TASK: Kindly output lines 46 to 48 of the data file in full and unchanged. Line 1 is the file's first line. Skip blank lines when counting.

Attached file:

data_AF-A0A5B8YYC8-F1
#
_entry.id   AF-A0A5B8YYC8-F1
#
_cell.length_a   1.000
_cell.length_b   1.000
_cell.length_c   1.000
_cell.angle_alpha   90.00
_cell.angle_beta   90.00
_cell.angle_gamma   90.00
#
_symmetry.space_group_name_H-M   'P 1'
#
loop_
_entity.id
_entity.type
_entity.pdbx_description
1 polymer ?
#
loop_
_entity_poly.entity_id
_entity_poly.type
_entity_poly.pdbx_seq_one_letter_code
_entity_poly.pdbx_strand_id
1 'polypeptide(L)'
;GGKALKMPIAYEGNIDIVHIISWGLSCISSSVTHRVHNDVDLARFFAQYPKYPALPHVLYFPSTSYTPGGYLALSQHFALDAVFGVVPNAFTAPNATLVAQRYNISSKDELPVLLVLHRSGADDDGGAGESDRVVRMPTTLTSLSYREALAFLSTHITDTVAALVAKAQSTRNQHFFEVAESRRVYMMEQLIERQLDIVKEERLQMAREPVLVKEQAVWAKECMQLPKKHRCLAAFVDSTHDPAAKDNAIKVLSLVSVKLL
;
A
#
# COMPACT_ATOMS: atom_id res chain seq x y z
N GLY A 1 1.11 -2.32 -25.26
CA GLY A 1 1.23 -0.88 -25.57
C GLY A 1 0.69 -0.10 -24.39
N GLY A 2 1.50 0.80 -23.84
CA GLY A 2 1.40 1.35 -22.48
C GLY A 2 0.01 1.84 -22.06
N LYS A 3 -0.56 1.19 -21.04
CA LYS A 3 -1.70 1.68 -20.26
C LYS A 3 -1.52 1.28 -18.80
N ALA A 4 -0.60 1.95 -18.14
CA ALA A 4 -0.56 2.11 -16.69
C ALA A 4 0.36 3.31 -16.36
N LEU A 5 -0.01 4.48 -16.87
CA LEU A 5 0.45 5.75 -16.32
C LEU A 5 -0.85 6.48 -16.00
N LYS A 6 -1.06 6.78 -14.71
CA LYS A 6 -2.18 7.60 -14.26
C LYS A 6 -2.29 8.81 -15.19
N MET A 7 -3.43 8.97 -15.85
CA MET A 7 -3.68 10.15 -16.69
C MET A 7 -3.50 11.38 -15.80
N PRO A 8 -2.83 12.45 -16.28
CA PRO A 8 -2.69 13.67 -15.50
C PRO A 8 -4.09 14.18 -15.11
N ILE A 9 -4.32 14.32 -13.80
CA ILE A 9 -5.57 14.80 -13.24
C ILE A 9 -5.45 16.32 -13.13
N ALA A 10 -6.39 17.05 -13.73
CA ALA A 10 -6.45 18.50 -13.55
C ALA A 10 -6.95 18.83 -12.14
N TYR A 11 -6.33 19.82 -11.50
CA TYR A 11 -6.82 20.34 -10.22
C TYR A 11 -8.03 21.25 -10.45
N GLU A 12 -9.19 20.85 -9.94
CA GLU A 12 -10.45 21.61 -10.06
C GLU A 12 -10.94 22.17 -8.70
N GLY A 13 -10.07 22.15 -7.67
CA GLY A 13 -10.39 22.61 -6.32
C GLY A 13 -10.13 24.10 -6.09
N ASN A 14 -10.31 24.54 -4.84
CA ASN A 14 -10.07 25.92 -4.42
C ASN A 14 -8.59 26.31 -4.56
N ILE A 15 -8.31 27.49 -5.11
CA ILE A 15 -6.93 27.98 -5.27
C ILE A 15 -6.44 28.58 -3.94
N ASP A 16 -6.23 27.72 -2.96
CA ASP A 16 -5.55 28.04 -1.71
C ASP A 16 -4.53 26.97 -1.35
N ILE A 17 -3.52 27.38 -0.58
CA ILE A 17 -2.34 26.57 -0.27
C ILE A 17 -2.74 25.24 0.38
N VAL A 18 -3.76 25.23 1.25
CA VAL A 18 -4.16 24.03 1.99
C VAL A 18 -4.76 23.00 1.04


N LYS A 6 -1.06 6.78 -14.71
CA LYS A 6 -2.18 7.60 -14.26
C LYS A 6 -2.29 8.81 -15.19